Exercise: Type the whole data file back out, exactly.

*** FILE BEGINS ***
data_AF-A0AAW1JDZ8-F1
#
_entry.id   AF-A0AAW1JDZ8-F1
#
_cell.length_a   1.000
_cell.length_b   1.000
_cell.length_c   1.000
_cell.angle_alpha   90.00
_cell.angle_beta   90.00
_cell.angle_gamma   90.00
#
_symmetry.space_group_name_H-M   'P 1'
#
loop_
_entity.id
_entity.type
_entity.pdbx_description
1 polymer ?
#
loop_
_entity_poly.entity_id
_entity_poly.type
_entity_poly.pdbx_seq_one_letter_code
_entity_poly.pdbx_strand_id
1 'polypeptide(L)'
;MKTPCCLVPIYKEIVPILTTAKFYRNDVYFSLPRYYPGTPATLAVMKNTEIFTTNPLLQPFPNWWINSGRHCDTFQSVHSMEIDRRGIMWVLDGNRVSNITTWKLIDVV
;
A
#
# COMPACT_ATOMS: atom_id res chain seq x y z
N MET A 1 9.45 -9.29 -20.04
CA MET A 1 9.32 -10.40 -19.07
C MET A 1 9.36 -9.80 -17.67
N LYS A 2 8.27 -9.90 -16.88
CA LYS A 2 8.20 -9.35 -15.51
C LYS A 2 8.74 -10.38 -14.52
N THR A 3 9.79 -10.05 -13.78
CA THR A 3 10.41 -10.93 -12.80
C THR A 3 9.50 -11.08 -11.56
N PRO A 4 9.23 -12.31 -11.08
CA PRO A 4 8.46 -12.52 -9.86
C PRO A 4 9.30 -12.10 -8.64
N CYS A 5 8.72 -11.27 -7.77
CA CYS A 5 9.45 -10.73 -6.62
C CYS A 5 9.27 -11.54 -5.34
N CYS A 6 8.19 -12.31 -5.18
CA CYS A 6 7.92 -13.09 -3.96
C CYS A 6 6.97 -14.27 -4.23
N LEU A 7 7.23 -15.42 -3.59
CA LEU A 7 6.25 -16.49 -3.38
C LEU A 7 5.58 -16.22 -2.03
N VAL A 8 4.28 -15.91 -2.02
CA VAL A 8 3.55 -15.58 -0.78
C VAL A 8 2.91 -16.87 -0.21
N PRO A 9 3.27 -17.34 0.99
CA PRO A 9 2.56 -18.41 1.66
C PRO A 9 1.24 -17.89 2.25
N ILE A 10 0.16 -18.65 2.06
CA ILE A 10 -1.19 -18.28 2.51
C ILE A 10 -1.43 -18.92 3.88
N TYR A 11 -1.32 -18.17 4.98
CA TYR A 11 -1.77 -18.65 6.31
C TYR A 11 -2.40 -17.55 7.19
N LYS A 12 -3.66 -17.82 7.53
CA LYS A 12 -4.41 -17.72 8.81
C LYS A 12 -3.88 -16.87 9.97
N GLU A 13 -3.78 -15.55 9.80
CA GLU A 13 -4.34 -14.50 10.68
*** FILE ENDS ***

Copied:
data_AF-A0AAW1JDZ8-F1
#
_entry.id   AF-A0AAW1JDZ8-F1
#
_cell.length_a   1.000
_cell.length_b   1.000
_cell.length_c   1.000
_cell.angle_alpha   90.00
_cell.angle_beta   90.00
_cell.angle_gamma   90.00
#
_symmetry.space_group_name_H-M   'P 1'
#
loop_
_entity.id
_entity.type
_entity.pdbx_description
1 polymer ?
#
loop_
_entity_poly.entity_id
_entity_poly.type
_entity_poly.pdbx_seq_one_letter_code
_entity_poly.pdbx_strand_id
1 'polypeptide(L)'
;MKTPCCLVPIYKEIVPILTTAKFYRNDVYFSLPRYYPGTPATLAVMKNTEIFTTNPLLQPFPNWWINSGRHCDTFQSVHSMEIDRRGIMWVLDGNRVSNITTWKLIDVV
;
A
#
# COMPACT_ATOMS: atom_id res chain seq x y z
N MET A 1 9.45 -9.29 -20.04
CA MET A 1 9.32 -10.40 -19.07
C MET A 1 9.36 -9.80 -17.67
N LYS A 2 8.27 -9.90 -16.88
CA LYS A 2 8.20 -9.35 -15.51
C LYS A 2 8.74 -10.38 -14.52
N THR A 3 9.79 -10.05 -13.78
CA THR A 3 10.41 -10.93 -12.80
C THR A 3 9.50 -11.08 -11.56
N PRO A 4 9.23 -12.31 -11.08
CA PRO A 4 8.46 -12.52 -9.86
C PRO A 4 9.30 -12.10 -8.64
N CYS A 5 8.72 -11.27 -7.77
CA CYS A 5 9.45 -10.73 -6.62
C CYS A 5 9.27 -11.54 -5.34
N CYS A 6 8.19 -12.31 -5.18
CA CYS A 6 7.92 -13.09 -3.96
C CYS A 6 6.97 -14.27 -4.23
N LEU A 7 7.23 -15.42 -3.59
CA LEU A 7 6.25 -16.49 -3.38
C LEU A 7 5.58 -16.22 -2.03
N VAL A 8 4.28 -15.91 -2.02
CA VAL A 8 3.55 -15.58 -0.78
C VAL A 8 2.91 -16.87 -0.21
N PRO A 9 3.27 -17.34 0.99
CA PRO A 9 2.56 -18.41 1.66
C PRO A 9 1.24 -17.89 2.25
N ILE A 10 0.16 -18.65 2.06
CA ILE A 10 -1.19 -18.28 2.51
C ILE A 10 -1.43 -18.92 3.88
N TYR A 11 -1.32 -18.17 4.98
CA TYR A 11 -1.77 -18.65 6.31
C TYR A 11 -2.40 -17.55 7.19
N LYS A 12 -3.66 -17.82 7.53
CA LYS A 12 -4.41 -17.72 8.81
C LYS A 12 -3.88 -16.87 9.97
N GLU A 13 -3.78 -15.55 9.80
CA GLU A 13 -4.34 -14.50 10.68